By pushing state of the art forward in multiple ways with the unique ultra-high speed capabilities provided for the price, the affordable DIY Chronos 1.4 camera continues to attract the attention of more and more aspiring filmmakers and content creators around the world. The project not only smashed its Kickstarter goal just in a few hours but also managed to take the industry by storm and created some serious buzz in the community. For those of you who are not aware, the camera is capable of shooting up to 21,650fps at its lowest resolution of 640×96 as well as capturing 1,057fps at 1280×1024. Here’s what Ben Krasnow of Applied Science has achieved once he got his hands on the Chronos 1.4 prototype.
The more intriguing part of this setup, besides the camera itself, is the custom bullet time rig that Krasnow has built in advance to spin the device in a circle while shooting. It’s also worth noting that for this test, he used a cheap 25mm C-Mount lens that allowed him to capture those stunning super slow-mo images. That way, the hardware engineer managed to emulate the bullet time effect that typically requires a much more expensive rig with multiple cameras synced perfectly together.
Furthermore, Krasnow also explains how he managed to build and operate this spinning platform and also provides a helpful insight regarding the Chronos 1.4 features and performance in a real-life situation. All in all, the custom-made ultra-high speed camera boasts a variety of neat features such as touchscreen display, HDMI connection, SD card slot, USB and SATA ports alongside the ability to save RAW video files all packed into a standard DSLR body.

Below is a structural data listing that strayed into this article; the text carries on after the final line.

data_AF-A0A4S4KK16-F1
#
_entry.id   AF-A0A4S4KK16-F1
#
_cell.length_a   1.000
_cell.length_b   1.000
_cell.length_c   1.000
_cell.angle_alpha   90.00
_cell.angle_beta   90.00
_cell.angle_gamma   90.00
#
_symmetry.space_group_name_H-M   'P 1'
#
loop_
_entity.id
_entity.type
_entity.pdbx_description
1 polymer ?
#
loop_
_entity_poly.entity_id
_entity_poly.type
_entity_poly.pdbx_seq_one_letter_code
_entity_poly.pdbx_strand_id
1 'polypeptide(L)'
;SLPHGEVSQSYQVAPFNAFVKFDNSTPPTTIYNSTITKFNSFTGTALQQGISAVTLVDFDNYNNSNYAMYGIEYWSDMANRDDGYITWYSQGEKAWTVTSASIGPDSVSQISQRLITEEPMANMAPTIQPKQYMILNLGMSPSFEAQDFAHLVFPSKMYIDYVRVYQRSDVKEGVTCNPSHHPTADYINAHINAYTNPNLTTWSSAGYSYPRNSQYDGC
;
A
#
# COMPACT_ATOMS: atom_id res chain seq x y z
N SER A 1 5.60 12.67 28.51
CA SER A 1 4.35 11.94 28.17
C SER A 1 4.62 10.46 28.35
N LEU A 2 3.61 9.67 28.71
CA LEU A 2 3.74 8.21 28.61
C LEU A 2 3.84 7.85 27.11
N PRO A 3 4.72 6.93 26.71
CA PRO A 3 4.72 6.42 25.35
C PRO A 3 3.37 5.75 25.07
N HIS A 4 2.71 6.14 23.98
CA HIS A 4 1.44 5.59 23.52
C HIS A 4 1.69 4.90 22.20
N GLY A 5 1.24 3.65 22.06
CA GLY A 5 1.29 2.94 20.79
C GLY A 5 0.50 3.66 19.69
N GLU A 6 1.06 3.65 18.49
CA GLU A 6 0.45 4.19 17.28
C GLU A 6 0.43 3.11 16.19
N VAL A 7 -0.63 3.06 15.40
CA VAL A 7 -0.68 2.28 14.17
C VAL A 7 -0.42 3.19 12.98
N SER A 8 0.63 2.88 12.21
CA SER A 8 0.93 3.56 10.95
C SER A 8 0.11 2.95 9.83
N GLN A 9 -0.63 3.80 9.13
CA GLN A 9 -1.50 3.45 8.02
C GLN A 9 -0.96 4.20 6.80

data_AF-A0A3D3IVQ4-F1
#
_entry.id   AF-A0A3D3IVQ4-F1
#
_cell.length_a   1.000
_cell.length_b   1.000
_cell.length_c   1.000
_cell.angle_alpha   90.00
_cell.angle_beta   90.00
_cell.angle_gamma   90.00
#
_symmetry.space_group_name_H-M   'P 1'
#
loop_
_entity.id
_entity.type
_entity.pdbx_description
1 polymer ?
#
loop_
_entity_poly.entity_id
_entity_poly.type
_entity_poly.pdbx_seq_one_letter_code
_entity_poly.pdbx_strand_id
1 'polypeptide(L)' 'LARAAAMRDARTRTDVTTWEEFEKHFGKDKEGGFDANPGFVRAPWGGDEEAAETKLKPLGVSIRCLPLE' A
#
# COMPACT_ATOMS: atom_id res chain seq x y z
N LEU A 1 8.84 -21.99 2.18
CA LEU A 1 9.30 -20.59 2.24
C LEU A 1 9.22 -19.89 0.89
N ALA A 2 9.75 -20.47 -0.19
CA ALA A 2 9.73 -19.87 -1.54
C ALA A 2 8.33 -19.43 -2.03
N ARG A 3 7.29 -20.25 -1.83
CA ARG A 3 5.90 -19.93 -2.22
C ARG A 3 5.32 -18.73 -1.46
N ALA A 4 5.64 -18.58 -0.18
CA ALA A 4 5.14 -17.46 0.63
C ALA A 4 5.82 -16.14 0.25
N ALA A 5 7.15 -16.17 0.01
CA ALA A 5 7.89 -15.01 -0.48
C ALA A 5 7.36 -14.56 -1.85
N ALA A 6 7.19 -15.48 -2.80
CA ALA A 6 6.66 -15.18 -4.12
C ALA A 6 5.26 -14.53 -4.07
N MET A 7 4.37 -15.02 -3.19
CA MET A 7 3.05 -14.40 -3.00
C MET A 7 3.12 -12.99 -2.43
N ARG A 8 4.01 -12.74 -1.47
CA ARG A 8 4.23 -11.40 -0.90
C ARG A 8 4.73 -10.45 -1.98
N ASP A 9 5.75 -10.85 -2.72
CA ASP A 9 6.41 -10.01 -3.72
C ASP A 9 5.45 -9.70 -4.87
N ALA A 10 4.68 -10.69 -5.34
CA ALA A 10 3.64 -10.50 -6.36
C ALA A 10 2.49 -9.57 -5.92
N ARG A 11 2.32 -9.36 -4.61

The camera can either be powered by a single Nikon EN-El4A battery (lasts 1.75 hours per charge) or through an external power source such as a standard 19V Laptop AC charger. The unit also features a low-noise variable-speed fan allowing continuous operation without overheating. Here’s another video showcasing more of the Chronos 1.4 capabilities in action.
Chronos 1.4 Ultra High-Speed Camera Highlights
- 1280×1024 1057fps CMOS image sensor with 1.4Gpx/s throughput
- Sensor dimensions 8.45 x 6.76mm, 6.6um pixel pitch
- Global shutter – no “jello” effect during high-motion scenes
- 21,650fps at 640×96; 1050fps at 1280×1024
- CS and C mount lens support
- ISO 320-5120 (Color), 740-11840 (Monochrome) sensitivity
- 5″ 800×480 touchscreen (multitouch, capacitive)
- Multiple RAM versions
- Internal Recording on an SD card, External Storage Option via USB and SATA interface
- MP4 recording format
- RAW video saving
- No PC needed for operation
- AC Adapter or battery (1.75 hours per charge)
- Trigger: TTL, switch closure, image change*, sound*, accelerometer*
- Low-noise variable speed fan – camera can run indefinitely without overheating
- Weight: 3.3lbs
- Price – $2,500
As we’ve seen in the first video above, the unit can also be triggered wirelessly which was a crucial prerequisite for conducting this particular test. Once you cease recording, you can play back the footage in the camera and then set mark-in and mark-out points, thus selecting a particular portion of the captured video that you want to be stored on the SD card afterward.
Currently, the ongoing Kickstarter campaign of the project has raised more than $335,000 which will allow the creators of the camera to develop a WiFi dongle support and Android remote control app along with other useful extra features.
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